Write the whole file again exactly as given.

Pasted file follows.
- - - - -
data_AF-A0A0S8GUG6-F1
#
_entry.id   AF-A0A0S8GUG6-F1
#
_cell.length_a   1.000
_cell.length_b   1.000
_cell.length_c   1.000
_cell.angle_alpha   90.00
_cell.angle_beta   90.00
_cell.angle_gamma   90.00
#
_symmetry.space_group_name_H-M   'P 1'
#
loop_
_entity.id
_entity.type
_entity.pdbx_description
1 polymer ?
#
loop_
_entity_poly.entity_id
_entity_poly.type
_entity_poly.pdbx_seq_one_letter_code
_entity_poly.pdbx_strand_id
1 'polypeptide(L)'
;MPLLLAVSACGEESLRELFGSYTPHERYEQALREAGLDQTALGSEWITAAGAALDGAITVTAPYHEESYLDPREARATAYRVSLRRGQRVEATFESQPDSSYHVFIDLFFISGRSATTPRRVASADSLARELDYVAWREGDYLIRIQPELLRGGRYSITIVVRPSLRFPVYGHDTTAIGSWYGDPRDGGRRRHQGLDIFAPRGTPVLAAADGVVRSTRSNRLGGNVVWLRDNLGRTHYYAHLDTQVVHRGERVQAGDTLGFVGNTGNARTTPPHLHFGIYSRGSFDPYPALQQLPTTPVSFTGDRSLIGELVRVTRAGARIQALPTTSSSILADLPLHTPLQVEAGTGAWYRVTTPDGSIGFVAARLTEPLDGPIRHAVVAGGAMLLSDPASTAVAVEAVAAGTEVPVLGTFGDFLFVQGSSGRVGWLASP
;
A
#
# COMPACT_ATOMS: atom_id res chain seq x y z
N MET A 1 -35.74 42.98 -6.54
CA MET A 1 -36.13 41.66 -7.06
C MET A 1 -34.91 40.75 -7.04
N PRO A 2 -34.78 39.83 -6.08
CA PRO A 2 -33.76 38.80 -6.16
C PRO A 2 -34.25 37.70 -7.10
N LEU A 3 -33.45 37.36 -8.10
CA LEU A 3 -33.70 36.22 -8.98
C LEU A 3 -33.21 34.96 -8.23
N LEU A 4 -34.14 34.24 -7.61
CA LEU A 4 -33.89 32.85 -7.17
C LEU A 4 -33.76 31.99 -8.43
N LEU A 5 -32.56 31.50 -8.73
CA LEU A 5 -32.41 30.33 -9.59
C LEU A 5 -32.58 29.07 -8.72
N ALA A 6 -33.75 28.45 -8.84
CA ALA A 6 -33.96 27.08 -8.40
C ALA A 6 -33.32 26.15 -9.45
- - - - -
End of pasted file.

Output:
data_AF-A0A0S8GUG6-F1
#
_entry.id   AF-A0A0S8GUG6-F1
#
_cell.length_a   1.000
_cell.length_b   1.000
_cell.length_c   1.000
_cell.angle_alpha   90.00
_cell.angle_beta   90.00
_cell.angle_gamma   90.00
#
_symmetry.space_group_name_H-M   'P 1'
#
loop_
_entity.id
_entity.type
_entity.pdbx_description
1 polymer ?
#
loop_
_entity_poly.entity_id
_entity_poly.type
_entity_poly.pdbx_seq_one_letter_code
_entity_poly.pdbx_strand_id
1 'polypeptide(L)'
;MPLLLAVSACGEESLRELFGSYTPHERYEQALREAGLDQTALGSEWITAAGAALDGAITVTAPYHEESYLDPREARATAYRVSLRRGQRVEATFESQPDSSYHVFIDLFFISGRSATTPRRVASADSLARELDYVAWREGDYLIRIQPELLRGGRYSITIVVRPSLRFPVYGHDTTAIGSWYGDPRDGGRRRHQGLDIFAPRGTPVLAAADGVVRSTRSNRLGGNVVWLRDNLGRTHYYAHLDTQVVHRGERVQAGDTLGFVGNTGNARTTPPHLHFGIYSRGSFDPYPALQQLPTTPVSFTGDRSLIGELVRVTRAGARIQALPTTSSSILADLPLHTPLQVEAGTGAWYRVTTPDGSIGFVAARLTEPLDGPIRHAVVAGGAMLLSDPASTAVAVEAVAAGTEVPVLGTFGDFLFVQGSSGRVGWLASP
;
A
#
# COMPACT_ATOMS: atom_id res chain seq x y z
N MET A 1 -35.74 42.98 -6.54
CA MET A 1 -36.13 41.66 -7.06
C MET A 1 -34.91 40.75 -7.04
N PRO A 2 -34.78 39.83 -6.08
CA PRO A 2 -33.76 38.80 -6.16
C PRO A 2 -34.25 37.70 -7.10
N LEU A 3 -33.45 37.36 -8.10
CA LEU A 3 -33.70 36.22 -8.98
C LEU A 3 -33.21 34.96 -8.23
N LEU A 4 -34.14 34.24 -7.61
CA LEU A 4 -33.89 32.85 -7.17
C LEU A 4 -33.76 31.99 -8.43
N LEU A 5 -32.56 31.50 -8.73
CA LEU A 5 -32.41 30.33 -9.59
C LEU A 5 -32.58 29.07 -8.72
N ALA A 6 -33.75 28.45 -8.84
CA ALA A 6 -33.96 27.08 -8.40
C ALA A 6 -33.32 26.15 -9.45